the 30th at Prince of Wales Island, where he conceived a project of extraordinary daring the capture of Neira, the chief of the Banda Islands. He had on board a hundred officers and men of the Madras European regiment, who were destined to relieve the Amboyna garrison, and he obtained from the Penang government twenty artillerymen, two field-pieces, and twenty scaling ladders. He arrived off Neira on 9 Aug., but owing to unfavourable weather he was compelled to make the attempt with less than two hundred men. The Dutch had a garrison of nearly seven hundred regular troops, besides militia; but, undeterred, Cole landed under cover of the tempest, stormed a ten-gun battery, and carried by escalade the citadel Belgica. which was considered impregnable. The town and the rest of the garrison surrendered on the following morning. On his return to India Cole received the thanks of the governor-general in council, the commander-in-chief, and the lords of the admiralty. He was awarded a medal by the admiralty, and his action was the subject of a public order from the governor-general to the three presidencies. In the House of Commons Spencer Perceval [q. v.] described the enterprise as ' an exploit to be classed with the boldest darings in the days of chivalry.'
In 1811 Cole joined Drury on the Malabar coast, where an expedition against Java was being prepared. On the death of Drury, Cole was left in command for some months until the arrival of Captain William Robert Broughton [q. v.] The expedition sailed in June, and on its arrival at Java Cole again distinguished himself by promptly landing troops on his own responsibility before the enemy was prepared to receive them, and thus avoiding considerable loss. In 1812 the Caroline was paid off, and on 29 May Cole was knighted and presented with a sword by his crew. On 10 June he received the honorary degree of D.C.L. from the university of Oxford, and subsequently was presented with a piece of plate of the value of three hundred guineas by the East India Company.
Early in 1813 he was appointed to the Rippon, a new vessel of 74 guns. He continued cruising in the Channel until the end of 1814, when he was put out of commission. On 2 Jan. 1815 he was nominated K.C.B., and on Dec. 1817 he was returned to parliament for Glamorganshire. He did not sit in the parliament which met in 1818, but he was again returned on 16 March 1820, and retained the seat until 1830. In 1828 he was appointed to command the yacht Royal Sovereign, and in 1830 he was nominated colonel of marines. He died at Killoy, near Cardiff, on 24 Aug. 1836. On 28 April 1815 he married Mary Lucy (d. 3 Feb. 1855), daughter of Henry Thomas Fox-Strangways, second earl of Ilchester, and widow of Thomas Mansel Talbot of Margam Park, Glamorganshire. He was a knight of the Austrian order of Maria Theresa, and of the Russian order of St. George.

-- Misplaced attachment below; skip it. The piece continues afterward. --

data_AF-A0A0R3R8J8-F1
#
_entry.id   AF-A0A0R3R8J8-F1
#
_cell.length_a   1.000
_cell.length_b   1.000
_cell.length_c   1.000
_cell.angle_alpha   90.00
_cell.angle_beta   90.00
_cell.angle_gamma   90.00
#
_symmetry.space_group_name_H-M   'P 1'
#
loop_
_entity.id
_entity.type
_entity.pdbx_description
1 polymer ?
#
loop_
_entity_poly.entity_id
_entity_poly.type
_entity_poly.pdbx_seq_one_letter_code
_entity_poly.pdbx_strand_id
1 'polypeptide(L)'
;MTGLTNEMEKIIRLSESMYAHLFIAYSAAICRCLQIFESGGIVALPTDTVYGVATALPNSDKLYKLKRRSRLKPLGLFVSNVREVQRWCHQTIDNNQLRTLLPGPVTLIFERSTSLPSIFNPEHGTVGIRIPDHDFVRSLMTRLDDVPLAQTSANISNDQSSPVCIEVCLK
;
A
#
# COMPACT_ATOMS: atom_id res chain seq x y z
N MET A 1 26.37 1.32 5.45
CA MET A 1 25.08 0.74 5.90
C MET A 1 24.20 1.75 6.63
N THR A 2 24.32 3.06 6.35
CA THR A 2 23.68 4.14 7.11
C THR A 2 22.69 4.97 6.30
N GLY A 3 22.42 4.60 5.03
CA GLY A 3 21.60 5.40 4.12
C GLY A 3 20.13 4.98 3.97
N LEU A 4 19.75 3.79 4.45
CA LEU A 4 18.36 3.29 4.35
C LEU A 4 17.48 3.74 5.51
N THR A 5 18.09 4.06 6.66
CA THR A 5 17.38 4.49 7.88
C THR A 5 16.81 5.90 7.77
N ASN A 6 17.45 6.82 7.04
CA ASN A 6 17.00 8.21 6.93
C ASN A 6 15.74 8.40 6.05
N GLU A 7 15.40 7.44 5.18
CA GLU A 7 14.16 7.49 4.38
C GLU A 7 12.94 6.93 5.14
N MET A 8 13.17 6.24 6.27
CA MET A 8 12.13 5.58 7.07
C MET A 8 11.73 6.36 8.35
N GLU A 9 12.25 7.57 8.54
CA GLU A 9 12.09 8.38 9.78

[Marshall's Naval Biogr. 1824, ii. 501-17; Gent. Mag. 1811 ii. 165-6, 1836 ii. 543-4; Foster's Alumni Oxon. 1715-1886; Osier's Life of Lord Exmouth, 1835, pp. 226, 230, 407-12; Kaye's Life of Malcolm, 1856, i. 417; James's Naval Biogr. 1886, pp. 194-202; Boase and Courtney's Bibliotheca Cornub.; Official Returns of Members of Parliament.]
COLE, GEORGE VICAT (1833–1893), landscape painter, the eldest son of George Cole [q. v.] by his marriage with Eliza Vicat, was born at Portsmouth on 17 April 1833. He was taught by his father, and studied, as a boy, the works of Turner, Cox, and Constable. He exhibited his first pictures, views in Surrey and on the river Wye, at the British Institution and the Suffolk Street Galleries in 1852. In 1853, after a tour abroad with his father, he exhibited 'Marienburg on the Moselle' and 'Ranmore Common, Surrey,' at the Royal Academy. For a few years, after a temporary separation from his father, he lived in London and gave drawing-lessons. He gained little by his pictures, and was often in straits. He made his name in 1861 by 'A Surrey Cornfield,' a view near Leith Hill, Surrey, exhibited at the Suffolk Street Gallery, for which he obtained the silver medal of the Society of Arts. He continued for years to spend his summers at Abinger or Albury, and to exhibit pictures of meadows and cornfields among the Surrey hills, with such titles as 'Spring,' 'The Harvest' (a water-colour), and 'Summer Rain.' He was the most popular landscape painter of the time, though he ranked in the opinion of good judges, then as now, much below John Linnell [q. v.], with whom he has often been compared. From 1863 to 1867 he lived on Holmbury Hill, Surrey, but in 1868 he removed to 8 Victoria Road, Kensington, which was his home till 1874. In 1864 he withdrew from the Society of British Artists to become a candidate for academic honours. He was elected an associate of the Royal Academy on 25 Feb. 1870, and an academician on 16 June 1880. After 1870 he varied his Surrey views with pictures of the river Arun ('The Day's Decline,' 1876, 'Arundel,' 1877), and of the Thames valley, such as